Safe for gardens? Giant beams used for garden beds

Asked March 7, 2019, 5:38 PM EST

We just bought a house near Fern Ridge reservoir and there are 5 massive garden beds built out of very large beams about 8-12 feet long X 12 X 16 inches. They do not show any of the marks of pressure treated wood and they have plenty of signs of decay but they are dark. The last owners told us they are old beams from a bridge that was built temporarily "ages ago" and it was dismantled. How can I determine if they have been treated with something dangerous for growing food? It would be great if I can reuse them as a retaining wall at the edge of my garden but if I need to toss them I will. I can send photos if you like.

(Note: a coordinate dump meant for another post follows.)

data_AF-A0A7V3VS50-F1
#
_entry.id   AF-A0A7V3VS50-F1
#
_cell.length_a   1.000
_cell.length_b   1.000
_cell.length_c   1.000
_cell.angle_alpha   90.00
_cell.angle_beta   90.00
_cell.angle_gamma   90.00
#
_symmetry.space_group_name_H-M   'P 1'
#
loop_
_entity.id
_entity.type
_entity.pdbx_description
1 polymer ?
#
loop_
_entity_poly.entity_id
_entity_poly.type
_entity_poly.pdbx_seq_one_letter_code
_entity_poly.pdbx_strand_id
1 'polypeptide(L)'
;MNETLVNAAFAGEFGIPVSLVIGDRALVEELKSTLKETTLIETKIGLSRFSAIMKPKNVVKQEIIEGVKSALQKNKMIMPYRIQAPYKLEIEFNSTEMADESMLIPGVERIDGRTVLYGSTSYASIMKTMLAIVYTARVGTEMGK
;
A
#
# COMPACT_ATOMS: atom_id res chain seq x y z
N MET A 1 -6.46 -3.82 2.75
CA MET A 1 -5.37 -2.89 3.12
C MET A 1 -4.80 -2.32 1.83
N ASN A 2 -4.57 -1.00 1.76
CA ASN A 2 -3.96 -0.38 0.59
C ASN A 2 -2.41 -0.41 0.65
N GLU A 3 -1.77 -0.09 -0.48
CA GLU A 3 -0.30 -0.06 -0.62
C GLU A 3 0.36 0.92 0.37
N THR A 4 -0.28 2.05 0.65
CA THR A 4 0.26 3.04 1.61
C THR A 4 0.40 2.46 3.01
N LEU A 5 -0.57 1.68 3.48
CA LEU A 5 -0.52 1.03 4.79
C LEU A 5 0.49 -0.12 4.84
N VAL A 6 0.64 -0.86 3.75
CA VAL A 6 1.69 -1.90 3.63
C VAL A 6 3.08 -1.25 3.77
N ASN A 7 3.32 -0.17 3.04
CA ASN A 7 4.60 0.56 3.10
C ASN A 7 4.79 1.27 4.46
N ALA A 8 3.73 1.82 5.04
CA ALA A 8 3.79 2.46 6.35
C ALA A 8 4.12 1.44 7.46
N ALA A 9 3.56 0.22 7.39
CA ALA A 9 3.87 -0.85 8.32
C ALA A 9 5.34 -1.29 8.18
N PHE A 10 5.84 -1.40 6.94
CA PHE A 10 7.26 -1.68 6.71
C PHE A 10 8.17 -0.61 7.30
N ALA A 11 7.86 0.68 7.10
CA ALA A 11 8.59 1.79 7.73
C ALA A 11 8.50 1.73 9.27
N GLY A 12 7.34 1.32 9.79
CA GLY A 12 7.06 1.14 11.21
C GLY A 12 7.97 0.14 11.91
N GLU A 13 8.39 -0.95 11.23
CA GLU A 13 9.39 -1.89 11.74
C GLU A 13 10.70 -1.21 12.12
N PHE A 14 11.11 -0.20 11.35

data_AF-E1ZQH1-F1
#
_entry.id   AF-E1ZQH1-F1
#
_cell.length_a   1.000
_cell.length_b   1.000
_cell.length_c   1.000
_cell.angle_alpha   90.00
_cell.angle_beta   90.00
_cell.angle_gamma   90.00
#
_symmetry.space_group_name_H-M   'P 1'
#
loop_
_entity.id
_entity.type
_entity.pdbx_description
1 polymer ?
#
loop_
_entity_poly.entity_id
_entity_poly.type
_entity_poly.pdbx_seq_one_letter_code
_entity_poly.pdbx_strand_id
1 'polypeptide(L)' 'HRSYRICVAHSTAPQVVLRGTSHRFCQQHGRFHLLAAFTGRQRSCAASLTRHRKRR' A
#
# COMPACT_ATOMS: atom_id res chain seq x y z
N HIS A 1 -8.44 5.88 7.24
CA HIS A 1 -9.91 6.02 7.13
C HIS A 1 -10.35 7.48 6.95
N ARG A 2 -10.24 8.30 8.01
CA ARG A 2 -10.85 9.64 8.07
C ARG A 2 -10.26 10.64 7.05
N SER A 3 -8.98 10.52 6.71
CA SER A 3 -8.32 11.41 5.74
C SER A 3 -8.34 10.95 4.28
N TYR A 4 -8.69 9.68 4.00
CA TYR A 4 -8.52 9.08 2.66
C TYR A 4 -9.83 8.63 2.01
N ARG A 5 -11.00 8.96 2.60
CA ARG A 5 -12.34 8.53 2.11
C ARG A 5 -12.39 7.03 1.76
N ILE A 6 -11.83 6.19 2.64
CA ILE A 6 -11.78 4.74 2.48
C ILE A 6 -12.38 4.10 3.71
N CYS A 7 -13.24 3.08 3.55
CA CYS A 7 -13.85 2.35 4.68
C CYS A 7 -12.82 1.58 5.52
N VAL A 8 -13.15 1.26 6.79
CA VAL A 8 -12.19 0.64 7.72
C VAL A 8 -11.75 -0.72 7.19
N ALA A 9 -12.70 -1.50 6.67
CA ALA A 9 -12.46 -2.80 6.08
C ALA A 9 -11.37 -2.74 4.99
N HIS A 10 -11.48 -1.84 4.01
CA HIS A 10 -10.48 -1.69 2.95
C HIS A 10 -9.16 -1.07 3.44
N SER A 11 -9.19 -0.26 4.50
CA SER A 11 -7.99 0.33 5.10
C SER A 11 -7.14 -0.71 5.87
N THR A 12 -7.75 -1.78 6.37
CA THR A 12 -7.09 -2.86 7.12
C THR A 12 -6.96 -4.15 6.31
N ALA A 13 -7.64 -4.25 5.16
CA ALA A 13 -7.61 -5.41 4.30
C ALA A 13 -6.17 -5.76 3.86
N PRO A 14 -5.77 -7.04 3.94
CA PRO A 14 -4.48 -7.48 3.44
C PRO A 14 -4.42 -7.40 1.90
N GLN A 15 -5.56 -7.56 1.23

Lane County Oregon

4 Responses

Thanks for your inquiry. Please send photos so we can better respond to your question. Try to capture some details and any marks, stains or stamps that might help clarify whatever processes might have been used to preserve the wood.

Most bridge timbers would be treated. Looking at the age of the timbers, they are very old. The fact the timbers are rotting means the "treatment" is almost gone.

Many chemicals were used to treat wood.

An extensive research was done by Lane County showed research showing railroad ties treated with creasote - some reports showed no effect and some reports shows some effect on plants.

The timbers can be used, to make raised beds or barriers or walls. Then with paint with an exterior latex paint and/or cover with plastic so the wood has NOT contact with the soil or plants.